In my first go around, I missed some things, for instance, what appears to be a small chip on the girdle, but could potentially be a small crack. I would need higher magnification to be able to tell for sure. Inclusions that are surface reaching are problematic because they can serve as weak spots for potential damage when worn. This is especially true for the girdle, which is one of the weakest spots in a stone.  Off to the right of the illuminated facet is an indented natural – a piece of what was originally the outside of the rough stone.


You can see how the middle inclusion is close to the table of the stone, and impossible to avoid.


A closer view of the pavilion of the stone shows the largest, closest to the surface and most noticeable inclusion to the left, the crack/chip slightly to the right, the greenish bit is the indented natural and then another cluster of inclusions all the way to the right. That’s not getting into the chunk of crystal inclusions closer to the middle of the stone, which does not include the inclusion I talked about being in the middle of the stone, close to the table of the stone – which is out of focus at the very bottom of this image:


A side view of the most obvious inclusion, from the girdle perspective.


Ultimately, my friend decided that this stone had too many problems for him to deal with and decided to return it, even though it was a nice color and a good size. There were other chips along the girdle that I haven’t included images of, so between the placement of the inclusions and the undisclosed issues, my friend was not interested in keeping such a risky stone, even if the color and size were exactly what he was looking for.

I am super excited to announce that I will be doing a feature on Erin and willajunejewelry in the coming weeks, so keep your eyes peeled for that!

Gem Blast: Purple Sapphire

One of the best things about visiting home is my favorite little gem shop. When I was there over the summer, I managed to catch a glimpse of this stone, and couldn’t stop thinking about it when I got home! So I sent my gemstone-buying-partner-in-crime, Erin of Willajune Jewelry to go back and grab it before anyone else could.

2.4ct purple Ceylon sapphire, measuring 6.4×9.7mm. It was sold as being unheated and color shift, but I haven’t really played with it enough yet to see if it actually has a shift. As I mentioned in a previous post, I had sold my unheated color shift sapphire to a friend, and of course, I had to replace it with something else. This stone has a few cut issues, but I adore the color, so I’ll easily be able to overlook it.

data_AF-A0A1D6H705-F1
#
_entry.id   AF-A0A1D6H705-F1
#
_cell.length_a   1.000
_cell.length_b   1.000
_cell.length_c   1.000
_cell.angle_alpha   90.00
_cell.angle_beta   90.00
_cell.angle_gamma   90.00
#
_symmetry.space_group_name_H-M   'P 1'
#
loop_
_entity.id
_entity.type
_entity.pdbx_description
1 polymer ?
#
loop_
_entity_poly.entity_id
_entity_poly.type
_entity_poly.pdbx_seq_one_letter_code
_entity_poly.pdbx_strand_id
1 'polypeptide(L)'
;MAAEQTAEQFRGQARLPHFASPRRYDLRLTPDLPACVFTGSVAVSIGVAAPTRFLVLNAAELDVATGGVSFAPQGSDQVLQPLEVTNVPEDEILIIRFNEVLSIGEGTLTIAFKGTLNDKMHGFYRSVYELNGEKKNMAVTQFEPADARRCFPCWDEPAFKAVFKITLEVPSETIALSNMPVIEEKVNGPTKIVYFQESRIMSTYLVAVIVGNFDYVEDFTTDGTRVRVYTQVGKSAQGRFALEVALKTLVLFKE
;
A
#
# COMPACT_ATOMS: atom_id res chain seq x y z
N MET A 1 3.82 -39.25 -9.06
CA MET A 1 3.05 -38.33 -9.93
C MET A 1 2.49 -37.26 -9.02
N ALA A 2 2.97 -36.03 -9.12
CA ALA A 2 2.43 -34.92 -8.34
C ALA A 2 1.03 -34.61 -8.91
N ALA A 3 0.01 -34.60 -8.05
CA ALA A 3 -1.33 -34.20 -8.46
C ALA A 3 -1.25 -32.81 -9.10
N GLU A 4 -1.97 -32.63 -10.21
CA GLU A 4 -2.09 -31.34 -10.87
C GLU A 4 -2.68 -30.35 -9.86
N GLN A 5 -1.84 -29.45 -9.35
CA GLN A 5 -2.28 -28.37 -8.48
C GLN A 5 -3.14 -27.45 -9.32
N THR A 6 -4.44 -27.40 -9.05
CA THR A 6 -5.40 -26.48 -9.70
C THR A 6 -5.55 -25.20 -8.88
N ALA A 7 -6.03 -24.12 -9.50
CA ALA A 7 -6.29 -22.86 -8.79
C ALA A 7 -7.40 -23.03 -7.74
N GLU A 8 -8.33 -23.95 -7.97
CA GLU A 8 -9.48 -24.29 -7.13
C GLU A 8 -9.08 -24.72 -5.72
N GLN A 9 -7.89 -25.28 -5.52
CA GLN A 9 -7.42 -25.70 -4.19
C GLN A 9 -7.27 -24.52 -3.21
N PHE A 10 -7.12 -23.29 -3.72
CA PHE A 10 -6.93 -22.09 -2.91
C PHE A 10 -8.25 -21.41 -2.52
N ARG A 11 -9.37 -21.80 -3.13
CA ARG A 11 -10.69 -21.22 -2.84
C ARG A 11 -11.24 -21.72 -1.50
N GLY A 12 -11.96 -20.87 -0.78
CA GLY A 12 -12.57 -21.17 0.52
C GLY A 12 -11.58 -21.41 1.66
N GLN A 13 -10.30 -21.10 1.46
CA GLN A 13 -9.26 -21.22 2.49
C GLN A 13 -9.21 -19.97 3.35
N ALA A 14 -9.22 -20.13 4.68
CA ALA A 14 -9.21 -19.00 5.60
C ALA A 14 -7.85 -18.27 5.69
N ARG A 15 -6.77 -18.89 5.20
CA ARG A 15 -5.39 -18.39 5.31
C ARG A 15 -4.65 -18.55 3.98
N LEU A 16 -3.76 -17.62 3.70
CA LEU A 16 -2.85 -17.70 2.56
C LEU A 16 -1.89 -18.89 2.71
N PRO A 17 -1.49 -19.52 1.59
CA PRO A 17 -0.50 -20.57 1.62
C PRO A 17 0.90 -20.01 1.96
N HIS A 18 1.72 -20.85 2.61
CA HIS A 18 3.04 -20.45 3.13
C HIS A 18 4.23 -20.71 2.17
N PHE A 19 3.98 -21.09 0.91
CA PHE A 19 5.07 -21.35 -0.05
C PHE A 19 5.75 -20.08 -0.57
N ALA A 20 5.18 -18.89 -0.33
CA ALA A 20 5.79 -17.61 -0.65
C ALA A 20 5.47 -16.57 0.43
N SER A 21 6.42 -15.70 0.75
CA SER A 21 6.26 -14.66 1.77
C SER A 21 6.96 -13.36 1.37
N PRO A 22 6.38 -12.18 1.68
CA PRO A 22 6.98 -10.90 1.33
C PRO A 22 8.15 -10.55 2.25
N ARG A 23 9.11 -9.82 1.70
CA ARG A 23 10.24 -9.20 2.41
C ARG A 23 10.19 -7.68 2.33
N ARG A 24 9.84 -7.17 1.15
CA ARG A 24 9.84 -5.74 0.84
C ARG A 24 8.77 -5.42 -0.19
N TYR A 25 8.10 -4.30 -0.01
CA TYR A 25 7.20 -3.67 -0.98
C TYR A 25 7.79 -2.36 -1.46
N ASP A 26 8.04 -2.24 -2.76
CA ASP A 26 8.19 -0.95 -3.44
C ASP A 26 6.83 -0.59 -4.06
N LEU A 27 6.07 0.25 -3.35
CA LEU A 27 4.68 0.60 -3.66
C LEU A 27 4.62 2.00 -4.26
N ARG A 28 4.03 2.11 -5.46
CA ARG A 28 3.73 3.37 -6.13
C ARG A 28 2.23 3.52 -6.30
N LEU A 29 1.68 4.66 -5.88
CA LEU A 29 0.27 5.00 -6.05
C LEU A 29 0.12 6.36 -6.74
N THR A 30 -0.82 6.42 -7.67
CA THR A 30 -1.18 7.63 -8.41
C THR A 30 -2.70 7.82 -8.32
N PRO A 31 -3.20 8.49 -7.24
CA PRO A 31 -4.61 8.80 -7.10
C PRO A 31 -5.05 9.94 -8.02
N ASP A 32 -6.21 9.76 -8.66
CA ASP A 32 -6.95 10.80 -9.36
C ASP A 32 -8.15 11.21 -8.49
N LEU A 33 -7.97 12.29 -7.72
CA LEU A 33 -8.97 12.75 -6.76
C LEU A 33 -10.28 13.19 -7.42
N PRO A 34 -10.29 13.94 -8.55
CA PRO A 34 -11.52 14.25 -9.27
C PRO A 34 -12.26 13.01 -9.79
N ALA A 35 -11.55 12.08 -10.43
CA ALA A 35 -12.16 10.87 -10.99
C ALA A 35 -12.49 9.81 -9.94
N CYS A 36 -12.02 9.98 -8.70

This picture was taken at the gem store, shown with an amazing blue sapphire that is super saturated, but a bit on the silky side:

purple oval

This image shows it’s tiny window and a hint of the half and half shadowing. Notice how the upper half is a little bit darker and the facets look less defined than the bottom half.

purple sapphire

purple sapphire3

purple sapphire4

These next two were taken with my Canon in mixed lighting, fluorescent and natural daylight.



Under fluorescent lighting:


And outside:



I see more blue sometimes and more purple at other times, but I can’t really decide if it is a real color shifter.



I always have the hardest time thinking of settings for ovals, which is sort of weird because they were my second love, after trillions. At this stage, I’m pretty equal opportunity when it comes to shapes, but I play favorites with more symmetric shapes. So hearts, pears, trillions are harder for me to wrap my head around when it comes to setting rings, but easier when it comes to setting necklaces!

When I set something from my own collection, I tend to let the stone talk to me before I set it. So far, this one is pretty quiet, but I have done some quick shape sketches when an idea pops into my head for an oval.